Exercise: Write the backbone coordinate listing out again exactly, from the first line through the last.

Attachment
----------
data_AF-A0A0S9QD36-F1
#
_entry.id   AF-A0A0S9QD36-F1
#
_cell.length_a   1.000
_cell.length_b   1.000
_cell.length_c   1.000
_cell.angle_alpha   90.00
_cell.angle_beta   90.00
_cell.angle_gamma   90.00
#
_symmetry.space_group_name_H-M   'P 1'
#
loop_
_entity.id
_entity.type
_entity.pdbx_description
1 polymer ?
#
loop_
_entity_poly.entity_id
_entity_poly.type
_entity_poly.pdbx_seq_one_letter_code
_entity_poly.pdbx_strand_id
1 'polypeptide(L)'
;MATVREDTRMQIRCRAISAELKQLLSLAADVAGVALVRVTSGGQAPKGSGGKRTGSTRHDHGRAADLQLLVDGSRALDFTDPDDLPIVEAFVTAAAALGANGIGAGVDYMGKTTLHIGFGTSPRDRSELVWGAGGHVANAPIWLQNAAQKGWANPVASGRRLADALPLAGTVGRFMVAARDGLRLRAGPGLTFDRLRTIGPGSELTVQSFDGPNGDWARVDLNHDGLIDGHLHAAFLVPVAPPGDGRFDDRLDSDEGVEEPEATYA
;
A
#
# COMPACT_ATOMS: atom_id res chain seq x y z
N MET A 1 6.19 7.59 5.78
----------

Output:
data_AF-A0A0S9QD36-F1
#
_entry.id   AF-A0A0S9QD36-F1
#
_cell.length_a   1.000
_cell.length_b   1.000
_cell.length_c   1.000
_cell.angle_alpha   90.00
_cell.angle_beta   90.00
_cell.angle_gamma   90.00
#
_symmetry.space_group_name_H-M   'P 1'
#
loop_
_entity.id
_entity.type
_entity.pdbx_description
1 polymer ?
#
loop_
_entity_poly.entity_id
_entity_poly.type
_entity_poly.pdbx_seq_one_letter_code
_entity_poly.pdbx_strand_id
1 'polypeptide(L)'
;MATVREDTRMQIRCRAISAELKQLLSLAADVAGVALVRVTSGGQAPKGSGGKRTGSTRHDHGRAADLQLLVDGSRALDFTDPDDLPIVEAFVTAAAALGANGIGAGVDYMGKTTLHIGFGTSPRDRSELVWGAGGHVANAPIWLQNAAQKGWANPVASGRRLADALPLAGTVGRFMVAARDGLRLRAGPGLTFDRLRTIGPGSELTVQSFDGPNGDWARVDLNHDGLIDGHLHAAFLVPVAPPGDGRFDDRLDSDEGVEEPEATYA
;
A
#
# COMPACT_ATOMS: atom_id res chain seq x y z
N MET A 1 6.19 7.59 5.78